Easy bass lines for beginner bass players are just about everywhere. Every band on the planet has some song that have bass lines that are very friendly towards beginners. The lines are intended to be supportive and not lead oriented, the notes tend to follow the chord changes of the guitar player and the lines give the budding bassist a great crash course in the very essence of being a bass player while developing playing chops. Moreover, they can just be fun to play and learn.
While there are books and books and books of bass of rock bass lines geared towards beginners, here are 11 bass lines that you might not find in a book by Hal Leonard but are no less friendly towards beginner players and very fun to play.
1. ‘Hey’ – The Pixies
The Pixies were a seminal 1990s alternative rock act that helped to shape the sound of many of the acts that we consider to be power players and representative of the Generation X sound. Weezer, Nirvana, the Strokes, Radiohead and countless other high profile acts have all claimed to have drawn influence from the Pixies’ raw sound and soft-loud-soft verse-chorus-verse song structure.
The band’s bass player, Kim Deal, held down the Pixies’ low end for all four of the band’s albums, Surfer Rosa, Doolittle, Bossa Nova and Trompe le Monde before her departure from the band in 2012, 2013. She was a role player and did her role like the best of them. Her bass lines were simple, audible and supportive of the guitar work of Frank Black and Joey Santiago. She even commented on what she believed a ‘real bass player’ was.
While I could have chosen any Pixies’ song for this list, I chose ‘Hey’ for the reason that the bass line is the center point of the song and it comes in clear and audible in the mix. The bass line is a classic example of a line that doesn’t need to be fancy or elaborate to still hold down the low end and provide body to the song.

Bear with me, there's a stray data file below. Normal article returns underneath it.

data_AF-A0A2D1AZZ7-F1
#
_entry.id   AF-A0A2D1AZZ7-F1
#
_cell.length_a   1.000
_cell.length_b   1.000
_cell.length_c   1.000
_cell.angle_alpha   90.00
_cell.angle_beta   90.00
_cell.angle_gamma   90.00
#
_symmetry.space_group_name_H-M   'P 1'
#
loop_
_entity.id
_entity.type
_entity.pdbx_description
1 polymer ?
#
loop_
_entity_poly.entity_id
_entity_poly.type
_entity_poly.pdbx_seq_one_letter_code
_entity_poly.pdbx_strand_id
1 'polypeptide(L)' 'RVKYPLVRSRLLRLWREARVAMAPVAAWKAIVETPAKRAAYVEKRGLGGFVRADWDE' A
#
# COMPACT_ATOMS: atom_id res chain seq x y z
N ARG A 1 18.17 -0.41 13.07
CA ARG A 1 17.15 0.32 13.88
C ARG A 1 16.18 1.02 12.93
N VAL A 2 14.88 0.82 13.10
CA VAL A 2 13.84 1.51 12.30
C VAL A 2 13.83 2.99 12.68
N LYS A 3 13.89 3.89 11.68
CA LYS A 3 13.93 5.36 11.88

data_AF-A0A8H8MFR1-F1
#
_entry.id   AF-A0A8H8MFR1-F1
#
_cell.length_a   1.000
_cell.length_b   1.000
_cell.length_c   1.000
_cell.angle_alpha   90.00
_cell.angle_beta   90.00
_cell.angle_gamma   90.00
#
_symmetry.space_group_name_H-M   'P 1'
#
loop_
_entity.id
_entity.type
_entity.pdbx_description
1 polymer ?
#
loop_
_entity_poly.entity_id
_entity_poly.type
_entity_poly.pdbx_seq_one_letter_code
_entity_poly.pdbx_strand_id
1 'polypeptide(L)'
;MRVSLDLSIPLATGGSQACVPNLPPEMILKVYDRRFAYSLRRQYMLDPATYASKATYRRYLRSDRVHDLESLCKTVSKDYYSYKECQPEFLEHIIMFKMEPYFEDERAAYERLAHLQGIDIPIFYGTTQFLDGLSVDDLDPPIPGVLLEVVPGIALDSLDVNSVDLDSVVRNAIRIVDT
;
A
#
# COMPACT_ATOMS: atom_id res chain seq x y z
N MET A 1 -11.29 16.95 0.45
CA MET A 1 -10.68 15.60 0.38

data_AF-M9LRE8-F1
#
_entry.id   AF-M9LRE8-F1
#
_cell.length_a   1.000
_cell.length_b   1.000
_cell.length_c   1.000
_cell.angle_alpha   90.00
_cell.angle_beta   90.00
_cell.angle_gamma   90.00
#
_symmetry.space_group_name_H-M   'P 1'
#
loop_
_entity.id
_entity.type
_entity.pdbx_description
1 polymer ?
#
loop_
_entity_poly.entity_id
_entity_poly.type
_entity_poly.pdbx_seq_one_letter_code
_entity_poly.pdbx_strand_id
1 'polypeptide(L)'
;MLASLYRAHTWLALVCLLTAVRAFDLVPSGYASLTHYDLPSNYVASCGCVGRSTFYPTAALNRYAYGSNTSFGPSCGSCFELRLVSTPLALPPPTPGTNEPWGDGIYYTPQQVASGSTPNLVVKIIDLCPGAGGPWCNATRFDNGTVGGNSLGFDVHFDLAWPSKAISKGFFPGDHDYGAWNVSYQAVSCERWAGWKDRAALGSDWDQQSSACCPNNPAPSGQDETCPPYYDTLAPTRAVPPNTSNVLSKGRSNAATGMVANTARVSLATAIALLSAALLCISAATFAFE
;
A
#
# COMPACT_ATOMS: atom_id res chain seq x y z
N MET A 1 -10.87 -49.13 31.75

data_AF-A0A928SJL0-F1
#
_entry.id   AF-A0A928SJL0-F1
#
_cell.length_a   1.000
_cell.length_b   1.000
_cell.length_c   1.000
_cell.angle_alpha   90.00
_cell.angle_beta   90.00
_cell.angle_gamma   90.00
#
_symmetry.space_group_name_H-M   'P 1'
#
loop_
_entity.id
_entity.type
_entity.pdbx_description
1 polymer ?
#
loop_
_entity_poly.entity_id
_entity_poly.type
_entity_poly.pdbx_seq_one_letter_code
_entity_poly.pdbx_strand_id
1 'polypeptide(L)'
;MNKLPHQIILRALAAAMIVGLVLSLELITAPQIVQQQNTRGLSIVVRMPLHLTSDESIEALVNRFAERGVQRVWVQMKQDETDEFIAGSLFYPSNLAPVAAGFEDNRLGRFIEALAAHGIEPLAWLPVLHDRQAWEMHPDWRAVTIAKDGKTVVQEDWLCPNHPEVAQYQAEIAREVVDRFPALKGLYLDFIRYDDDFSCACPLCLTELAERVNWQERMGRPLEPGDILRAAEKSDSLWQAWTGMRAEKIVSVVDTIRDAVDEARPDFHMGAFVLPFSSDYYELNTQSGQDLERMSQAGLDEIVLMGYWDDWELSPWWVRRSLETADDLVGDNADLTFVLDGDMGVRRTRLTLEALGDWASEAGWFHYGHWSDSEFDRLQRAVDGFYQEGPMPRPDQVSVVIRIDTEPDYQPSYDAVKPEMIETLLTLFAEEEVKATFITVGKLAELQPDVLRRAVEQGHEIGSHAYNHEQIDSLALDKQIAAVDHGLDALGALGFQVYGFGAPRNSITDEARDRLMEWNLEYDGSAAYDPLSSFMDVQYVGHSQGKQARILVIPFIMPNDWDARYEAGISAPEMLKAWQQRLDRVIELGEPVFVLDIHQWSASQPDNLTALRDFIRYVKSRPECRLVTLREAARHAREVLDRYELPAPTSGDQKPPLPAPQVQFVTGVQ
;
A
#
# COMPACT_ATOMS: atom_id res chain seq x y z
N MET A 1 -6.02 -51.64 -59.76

Here’s the tab to the Pixies’ Hey’ off their classic album, Doolittle:
2. ‘Tiny Cities Made of Ashes’ – Modest Mouse
I’m a big fan of bass lines with slides worked into them. To my ear, there is just something very satisfying about a gentle slide from one note to another up or down the bass neck. Fortunately, Modest Mouse’s Eric Judy worked a few of those into his bass line for the Modest Mouse song, ‘Tiny Cities Made of Ashes’ off their 2000 album, The Moon & Antarctica.
Judy’s bass line here, like that of the Pixies’ ‘Hey, drives the song. Underneath Judy’s playing, guitarist Issac Brock and company fill in the sonic space with gentle, floating guitar parts and a quiet kick and high hat combo to round out the song.
The bass line is composed of two primary patterns that alternate between one another. Both start on the Db on the E string with the only difference between the two being that the first pattern turns around on an F# and the second one turns around on a B.
3. ‘With or Without You’ – U2
U2 has come to embody a lot of things over the years from stage shows to social activism. But one thing that makes U2 so unique is that musically speaking, U2 is very very simple. Edge even commented that the U2 is a bunch of musicians that don’t sound good individually but together sound very good and simplicity of each person’s musical parts are a big aspect of U2’s sound and ability to stay so musically and socially relevant over the years.
The song ‘With or Without You’ off the band’s seminal 1987 release, The Joshua Tree captures everything U2 in one song: soaring vocals, catchy hooks, delay laden guitar work, and a rhythm section lead by bassist Adam Clayton and drummer Larry Mullen Jr. to keep the whole song stitched together and moving as a coherent unit without ever becoming boring or faded.
Here’s Clayton’s bass line to the song ‘With or Without You’:
4. ‘Paradise Circus’ – Massive Attack
Thought not up to speed on their electronic music might not have heard of the electronic music/trip hop duo from England called Massive Attack.